A good number of healthy parrots can deal with average room temperature during the day and night, notwithstanding, taking some precautions when necessary. It’s helpful to know what the best temperatures are for parrots to ensure that they are thriving.
Is the weather too hot or cold? It is essential to know the ideal temperature range your pet bird needs to remain healthy. Most pet birds are comfortable with temperature among 65- and 85-degrees Fahrenheit. They are warm-blooded animals and basically originate from the temperate region.
Birds sustain their body temperatures more than humans. A pet bird has to work and eat more to keep normal body temperature. This is why your parrot will eat more when the weather is cold or during the wintertime and they shed in the summer when it’s warmer.
Signs That Your Bird Isn’t Comfortable with the Temp
Like A Puffball
Have you ever thought why birds fluff up, having a grumpy reaction, or look a little like a downy ball at times? The reason your parrot fluffs up is that something is wrong. This action is just one of the mechanisms birds use in making themselves warm by ensnaring pockets of warm air next to their skin. If your bird’s wings are drooping and the bird is holding his feathers out, it’s a sign that the temperature is on the high side. Adjusting the temperatures for parrots who look a little fluffy will ensure that they are comfortable again in no time.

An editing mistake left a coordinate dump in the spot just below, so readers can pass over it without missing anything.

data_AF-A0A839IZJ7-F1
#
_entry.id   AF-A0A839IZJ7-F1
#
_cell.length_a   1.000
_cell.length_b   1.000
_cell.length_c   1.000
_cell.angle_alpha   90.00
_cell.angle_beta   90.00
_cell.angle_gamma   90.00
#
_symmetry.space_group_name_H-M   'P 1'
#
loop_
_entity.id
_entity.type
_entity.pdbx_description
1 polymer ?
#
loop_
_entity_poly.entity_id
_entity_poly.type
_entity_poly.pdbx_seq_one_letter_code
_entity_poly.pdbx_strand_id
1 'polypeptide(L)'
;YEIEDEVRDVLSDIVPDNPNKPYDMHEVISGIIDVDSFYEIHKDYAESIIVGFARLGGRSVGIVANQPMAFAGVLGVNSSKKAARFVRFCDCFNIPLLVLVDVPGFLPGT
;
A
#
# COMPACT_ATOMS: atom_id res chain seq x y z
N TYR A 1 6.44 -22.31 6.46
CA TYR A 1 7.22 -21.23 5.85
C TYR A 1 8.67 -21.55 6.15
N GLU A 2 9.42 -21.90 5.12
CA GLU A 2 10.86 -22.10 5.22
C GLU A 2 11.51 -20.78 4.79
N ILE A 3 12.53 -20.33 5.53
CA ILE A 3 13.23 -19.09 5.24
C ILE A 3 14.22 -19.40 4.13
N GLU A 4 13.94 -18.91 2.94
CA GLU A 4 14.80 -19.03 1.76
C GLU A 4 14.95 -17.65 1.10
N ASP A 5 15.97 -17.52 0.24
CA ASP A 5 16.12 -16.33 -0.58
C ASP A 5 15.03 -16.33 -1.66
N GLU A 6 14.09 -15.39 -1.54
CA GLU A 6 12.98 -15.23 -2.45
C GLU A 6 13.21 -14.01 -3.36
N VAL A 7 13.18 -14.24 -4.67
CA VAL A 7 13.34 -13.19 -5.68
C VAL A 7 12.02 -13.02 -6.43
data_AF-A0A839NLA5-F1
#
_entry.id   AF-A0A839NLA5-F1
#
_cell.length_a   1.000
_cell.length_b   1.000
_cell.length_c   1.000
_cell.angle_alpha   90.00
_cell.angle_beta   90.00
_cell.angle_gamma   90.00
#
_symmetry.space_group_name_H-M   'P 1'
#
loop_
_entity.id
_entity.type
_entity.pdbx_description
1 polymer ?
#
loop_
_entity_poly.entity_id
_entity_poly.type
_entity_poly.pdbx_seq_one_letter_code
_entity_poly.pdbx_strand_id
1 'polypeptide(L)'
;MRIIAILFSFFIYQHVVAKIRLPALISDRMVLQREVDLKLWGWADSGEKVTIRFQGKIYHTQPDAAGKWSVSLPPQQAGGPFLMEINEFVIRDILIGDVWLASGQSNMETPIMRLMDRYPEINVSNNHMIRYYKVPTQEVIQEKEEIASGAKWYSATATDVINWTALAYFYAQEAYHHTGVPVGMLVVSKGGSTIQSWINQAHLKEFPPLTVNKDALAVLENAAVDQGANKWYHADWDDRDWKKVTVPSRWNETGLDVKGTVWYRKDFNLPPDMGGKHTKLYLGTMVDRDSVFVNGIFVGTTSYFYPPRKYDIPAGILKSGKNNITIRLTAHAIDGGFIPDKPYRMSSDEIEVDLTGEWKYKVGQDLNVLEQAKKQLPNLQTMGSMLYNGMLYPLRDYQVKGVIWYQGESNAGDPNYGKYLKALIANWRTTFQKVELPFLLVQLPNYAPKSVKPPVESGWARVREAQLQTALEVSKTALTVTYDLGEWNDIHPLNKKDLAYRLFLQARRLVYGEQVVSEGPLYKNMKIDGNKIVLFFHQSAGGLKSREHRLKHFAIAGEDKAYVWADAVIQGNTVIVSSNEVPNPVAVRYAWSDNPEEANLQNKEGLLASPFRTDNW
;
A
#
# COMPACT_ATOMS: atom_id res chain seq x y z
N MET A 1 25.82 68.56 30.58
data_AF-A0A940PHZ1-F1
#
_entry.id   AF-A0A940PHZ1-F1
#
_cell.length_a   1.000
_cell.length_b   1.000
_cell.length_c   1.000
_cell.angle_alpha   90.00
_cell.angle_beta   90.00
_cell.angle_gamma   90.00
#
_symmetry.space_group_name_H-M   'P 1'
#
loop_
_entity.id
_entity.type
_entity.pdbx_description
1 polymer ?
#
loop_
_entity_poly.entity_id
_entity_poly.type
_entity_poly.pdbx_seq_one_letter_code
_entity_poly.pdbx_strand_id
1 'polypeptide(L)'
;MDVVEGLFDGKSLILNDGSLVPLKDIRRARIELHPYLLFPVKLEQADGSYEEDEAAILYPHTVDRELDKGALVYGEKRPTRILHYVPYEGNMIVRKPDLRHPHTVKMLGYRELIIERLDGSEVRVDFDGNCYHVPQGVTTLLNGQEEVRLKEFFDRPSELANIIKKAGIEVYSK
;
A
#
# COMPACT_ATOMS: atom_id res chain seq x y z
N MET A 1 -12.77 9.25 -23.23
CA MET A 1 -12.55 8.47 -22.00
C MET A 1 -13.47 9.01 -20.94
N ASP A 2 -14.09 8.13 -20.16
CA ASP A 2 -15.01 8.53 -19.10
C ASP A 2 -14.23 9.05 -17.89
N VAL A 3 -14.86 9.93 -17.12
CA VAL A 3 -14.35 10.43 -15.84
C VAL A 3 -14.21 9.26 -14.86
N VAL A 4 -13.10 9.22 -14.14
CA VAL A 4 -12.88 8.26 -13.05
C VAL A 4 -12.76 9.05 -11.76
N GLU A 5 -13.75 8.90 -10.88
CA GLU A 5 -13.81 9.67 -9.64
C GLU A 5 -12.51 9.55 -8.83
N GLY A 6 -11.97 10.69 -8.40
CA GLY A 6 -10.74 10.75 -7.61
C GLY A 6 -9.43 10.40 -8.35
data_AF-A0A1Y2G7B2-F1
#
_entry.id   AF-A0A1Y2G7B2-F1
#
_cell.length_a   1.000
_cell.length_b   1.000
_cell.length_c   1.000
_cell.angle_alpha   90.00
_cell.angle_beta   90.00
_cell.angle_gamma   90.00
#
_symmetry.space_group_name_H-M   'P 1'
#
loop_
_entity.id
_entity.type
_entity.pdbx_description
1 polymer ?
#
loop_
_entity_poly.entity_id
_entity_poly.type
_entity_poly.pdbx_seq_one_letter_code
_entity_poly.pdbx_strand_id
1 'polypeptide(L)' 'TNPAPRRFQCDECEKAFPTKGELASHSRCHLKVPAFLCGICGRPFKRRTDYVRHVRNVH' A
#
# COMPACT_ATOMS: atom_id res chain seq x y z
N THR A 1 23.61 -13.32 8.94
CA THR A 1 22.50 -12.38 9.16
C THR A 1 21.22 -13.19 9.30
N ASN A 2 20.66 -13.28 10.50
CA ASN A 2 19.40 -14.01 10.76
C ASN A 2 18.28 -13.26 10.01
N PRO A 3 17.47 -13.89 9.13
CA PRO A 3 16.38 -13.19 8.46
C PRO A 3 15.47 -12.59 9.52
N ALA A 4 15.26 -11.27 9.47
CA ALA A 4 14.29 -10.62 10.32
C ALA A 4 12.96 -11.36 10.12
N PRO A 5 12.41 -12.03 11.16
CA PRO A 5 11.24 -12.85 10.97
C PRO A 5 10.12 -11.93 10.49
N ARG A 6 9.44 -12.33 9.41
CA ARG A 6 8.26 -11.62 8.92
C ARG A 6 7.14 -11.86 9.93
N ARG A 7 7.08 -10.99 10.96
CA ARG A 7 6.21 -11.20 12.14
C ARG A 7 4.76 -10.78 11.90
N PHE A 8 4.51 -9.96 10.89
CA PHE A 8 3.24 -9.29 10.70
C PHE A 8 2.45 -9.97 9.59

Your Bird is Panting and has Cold or Warm Feet
If your bird’s feet feel very hot, it signifies that their internal body temperature is too high. Are the feathers situated close to the body and does the bird hold its wing as if he would like to fly? Does your bird breathe with its beak open? These are all signs that the temp is too high for your feathered amigo.
Parrot Tucked with Its Head Inside His Feathers
Birds will usually put his head down and tuck his beak into his breast feather when he’s cool. Also, a cold bird will shiver.